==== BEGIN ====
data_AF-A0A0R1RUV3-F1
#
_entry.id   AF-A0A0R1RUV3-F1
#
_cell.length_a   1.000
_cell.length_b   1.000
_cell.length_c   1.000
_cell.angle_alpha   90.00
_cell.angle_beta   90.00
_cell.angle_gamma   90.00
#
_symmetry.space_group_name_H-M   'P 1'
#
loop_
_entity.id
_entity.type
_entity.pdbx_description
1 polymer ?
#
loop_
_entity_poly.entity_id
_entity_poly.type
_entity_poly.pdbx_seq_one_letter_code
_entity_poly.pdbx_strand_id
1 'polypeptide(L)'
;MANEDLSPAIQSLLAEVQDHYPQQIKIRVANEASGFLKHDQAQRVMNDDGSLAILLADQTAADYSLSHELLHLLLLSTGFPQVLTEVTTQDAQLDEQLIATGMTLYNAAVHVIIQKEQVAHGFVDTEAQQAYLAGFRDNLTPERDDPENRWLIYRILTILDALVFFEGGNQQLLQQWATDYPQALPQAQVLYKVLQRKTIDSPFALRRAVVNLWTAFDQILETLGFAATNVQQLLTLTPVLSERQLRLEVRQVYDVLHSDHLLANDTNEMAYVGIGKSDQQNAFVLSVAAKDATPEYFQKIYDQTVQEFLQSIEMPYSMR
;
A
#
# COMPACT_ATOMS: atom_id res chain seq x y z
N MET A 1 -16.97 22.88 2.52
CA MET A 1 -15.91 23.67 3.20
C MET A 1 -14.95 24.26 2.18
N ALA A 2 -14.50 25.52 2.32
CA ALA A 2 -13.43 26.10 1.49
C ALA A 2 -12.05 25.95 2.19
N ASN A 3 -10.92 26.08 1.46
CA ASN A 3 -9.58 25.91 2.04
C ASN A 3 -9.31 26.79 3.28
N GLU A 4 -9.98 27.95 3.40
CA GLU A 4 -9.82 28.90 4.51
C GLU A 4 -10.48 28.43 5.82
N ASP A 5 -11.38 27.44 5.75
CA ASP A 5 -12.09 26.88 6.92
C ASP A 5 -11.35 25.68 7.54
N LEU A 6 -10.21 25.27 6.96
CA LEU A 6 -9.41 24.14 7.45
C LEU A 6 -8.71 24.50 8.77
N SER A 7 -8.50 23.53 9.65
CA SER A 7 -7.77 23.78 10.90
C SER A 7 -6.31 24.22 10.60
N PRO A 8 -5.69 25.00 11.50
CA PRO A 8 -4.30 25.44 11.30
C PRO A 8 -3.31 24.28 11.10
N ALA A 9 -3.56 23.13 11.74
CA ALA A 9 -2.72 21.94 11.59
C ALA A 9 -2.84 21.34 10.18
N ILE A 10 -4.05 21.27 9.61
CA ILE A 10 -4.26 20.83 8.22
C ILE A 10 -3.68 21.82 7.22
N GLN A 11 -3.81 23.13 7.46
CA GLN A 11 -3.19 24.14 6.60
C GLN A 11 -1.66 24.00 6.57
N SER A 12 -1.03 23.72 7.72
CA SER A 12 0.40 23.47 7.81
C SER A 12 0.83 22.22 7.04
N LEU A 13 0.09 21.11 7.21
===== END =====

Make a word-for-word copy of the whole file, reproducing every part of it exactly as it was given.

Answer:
data_AF-A0A0R1RUV3-F1
#
_entry.id   AF-A0A0R1RUV3-F1
#
_cell.length_a   1.000
_cell.length_b   1.000
_cell.length_c   1.000
_cell.angle_alpha   90.00
_cell.angle_beta   90.00
_cell.angle_gamma   90.00
#
_symmetry.space_group_name_H-M   'P 1'
#
loop_
_entity.id
_entity.type
_entity.pdbx_description
1 polymer ?
#
loop_
_entity_poly.entity_id
_entity_poly.type
_entity_poly.pdbx_seq_one_letter_code
_entity_poly.pdbx_strand_id
1 'polypeptide(L)'
;MANEDLSPAIQSLLAEVQDHYPQQIKIRVANEASGFLKHDQAQRVMNDDGSLAILLADQTAADYSLSHELLHLLLLSTGFPQVLTEVTTQDAQLDEQLIATGMTLYNAAVHVIIQKEQVAHGFVDTEAQQAYLAGFRDNLTPERDDPENRWLIYRILTILDALVFFEGGNQQLLQQWATDYPQALPQAQVLYKVLQRKTIDSPFALRRAVVNLWTAFDQILETLGFAATNVQQLLTLTPVLSERQLRLEVRQVYDVLHSDHLLANDTNEMAYVGIGKSDQQNAFVLSVAAKDATPEYFQKIYDQTVQEFLQSIEMPYSMR
;
A
#
# COMPACT_ATOMS: atom_id res chain seq x y z
N MET A 1 -16.97 22.88 2.52
CA MET A 1 -15.91 23.67 3.20
C MET A 1 -14.95 24.26 2.18
N ALA A 2 -14.50 25.52 2.32
CA ALA A 2 -13.43 26.10 1.49
C ALA A 2 -12.05 25.95 2.19
N ASN A 3 -10.92 26.08 1.46
CA ASN A 3 -9.58 25.91 2.04
C ASN A 3 -9.31 26.79 3.28
N GLU A 4 -9.98 27.95 3.40
CA GLU A 4 -9.82 28.90 4.51
C GLU A 4 -10.48 28.43 5.82
N ASP A 5 -11.38 27.44 5.75
CA ASP A 5 -12.09 26.88 6.92
C ASP A 5 -11.35 25.68 7.54
N LEU A 6 -10.21 25.27 6.96
CA LEU A 6 -9.41 24.14 7.45
C LEU A 6 -8.71 24.50 8.77
N SER A 7 -8.50 23.53 9.65
CA SER A 7 -7.77 23.78 10.90
C SER A 7 -6.31 24.22 10.60
N PRO A 8 -5.69 25.00 11.50
CA PRO A 8 -4.30 25.44 11.30
C PRO A 8 -3.31 24.28 11.10
N ALA A 9 -3.56 23.13 11.74
CA ALA A 9 -2.72 21.94 11.59
C ALA A 9 -2.84 21.34 10.18
N ILE A 10 -4.05 21.27 9.61
CA ILE A 10 -4.26 20.83 8.22
C ILE A 10 -3.68 21.82 7.22
N GLN A 11 -3.81 23.13 7.46
CA GLN A 11 -3.19 24.14 6.60
C GLN A 11 -1.66 24.00 6.57
N SER A 12 -1.03 23.72 7.72
CA SER A 12 0.40 23.47 7.81
C SER A 12 0.83 22.22 7.04
N LEU A 13 0.09 21.11 7.21